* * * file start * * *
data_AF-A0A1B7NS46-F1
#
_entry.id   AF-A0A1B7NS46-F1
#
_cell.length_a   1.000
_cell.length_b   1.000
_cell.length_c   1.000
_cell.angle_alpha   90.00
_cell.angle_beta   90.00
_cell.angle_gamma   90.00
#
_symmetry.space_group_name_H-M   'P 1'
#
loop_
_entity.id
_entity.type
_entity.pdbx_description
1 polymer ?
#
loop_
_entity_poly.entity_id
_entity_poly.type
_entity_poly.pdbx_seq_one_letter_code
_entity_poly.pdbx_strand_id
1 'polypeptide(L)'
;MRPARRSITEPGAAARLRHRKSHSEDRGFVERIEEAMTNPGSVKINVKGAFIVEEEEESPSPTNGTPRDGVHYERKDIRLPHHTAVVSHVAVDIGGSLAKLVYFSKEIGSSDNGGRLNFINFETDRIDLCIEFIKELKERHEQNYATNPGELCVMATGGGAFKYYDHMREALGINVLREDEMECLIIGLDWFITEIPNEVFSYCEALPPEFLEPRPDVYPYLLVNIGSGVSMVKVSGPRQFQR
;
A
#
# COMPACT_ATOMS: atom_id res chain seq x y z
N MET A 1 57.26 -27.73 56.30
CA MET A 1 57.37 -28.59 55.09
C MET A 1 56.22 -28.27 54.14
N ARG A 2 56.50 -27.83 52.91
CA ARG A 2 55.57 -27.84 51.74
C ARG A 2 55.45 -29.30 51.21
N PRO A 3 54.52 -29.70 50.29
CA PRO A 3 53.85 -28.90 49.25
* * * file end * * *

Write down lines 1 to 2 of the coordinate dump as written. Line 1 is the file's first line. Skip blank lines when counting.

data_AF-A0A1B7NS46-F1
#